As a result, we are depleting the resources of the planet at an exponential rate – and we are reaching a crisis.
It’s up to every individual as to whether you choose to open your eyes to this and do something about it – or whether, you continue to leave your head in the sand, and continue in a job or career that you just know is not right.
Doing Work That Adds Value
Doing work that adds value is a choice.
If you’re not satisfied with your job or career, it may be time to consider what value you are adding and do something about it:
- What is the work that you are doing? What are you actually creating – what is the value that you are adding to the world? Who are your clients and what are their values? What are they creating and adding to the world?
- Identify where your work and the processes of your work are not adding value, or taking more value than it’s giving (this is going to be a personal perspective of ethics and morals) How can this change or be improved?
- If you can’t make a difference in your current work, it may be time to consider changing jobs – and doing your work in a different way, with different clients and different outcomes.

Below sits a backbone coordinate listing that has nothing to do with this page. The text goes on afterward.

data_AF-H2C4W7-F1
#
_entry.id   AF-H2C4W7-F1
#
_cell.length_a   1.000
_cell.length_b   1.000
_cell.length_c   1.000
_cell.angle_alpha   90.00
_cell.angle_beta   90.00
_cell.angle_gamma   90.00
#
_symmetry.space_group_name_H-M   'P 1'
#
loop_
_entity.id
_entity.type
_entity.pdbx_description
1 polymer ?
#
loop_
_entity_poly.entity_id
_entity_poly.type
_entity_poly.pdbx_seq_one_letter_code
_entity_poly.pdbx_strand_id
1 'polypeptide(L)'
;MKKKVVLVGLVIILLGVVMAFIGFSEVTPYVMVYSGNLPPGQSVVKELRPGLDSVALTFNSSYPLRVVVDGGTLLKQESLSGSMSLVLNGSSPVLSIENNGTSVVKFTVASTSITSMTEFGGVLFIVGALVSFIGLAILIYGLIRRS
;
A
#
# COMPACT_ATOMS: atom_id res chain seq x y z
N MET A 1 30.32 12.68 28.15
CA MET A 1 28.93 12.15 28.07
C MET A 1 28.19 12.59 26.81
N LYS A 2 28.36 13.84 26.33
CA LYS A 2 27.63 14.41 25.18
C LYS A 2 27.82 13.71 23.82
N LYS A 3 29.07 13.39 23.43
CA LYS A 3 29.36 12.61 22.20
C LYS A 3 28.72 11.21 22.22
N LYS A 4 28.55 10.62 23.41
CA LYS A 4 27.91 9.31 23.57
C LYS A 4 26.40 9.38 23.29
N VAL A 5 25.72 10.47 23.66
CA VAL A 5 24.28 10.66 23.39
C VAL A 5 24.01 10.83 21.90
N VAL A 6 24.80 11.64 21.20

- If you decide you’re done with your job and current career, it may be time to consider starting up your own business.
What Next? How To Apply This Information Now!
For now, let’s have a quick go…I dare you.
- Find the Value In Your Work Now – There’s always going to be a way to create more value in your work, or at least reduce the impact you’re having. For now, this could be as simple as presenting a change to your work practices in terms of using recycled paper, or eliminating paper coffee cups. Or streamlining the meetings you have so that they actually serve a purpose. There’s going to be something you can do!
- Leave a comment below – What do you do for work? Are you adding value or taking away. And wherever, you’re at, what’s one thing you can do differently that actually adds real value? Let me know in the comments below.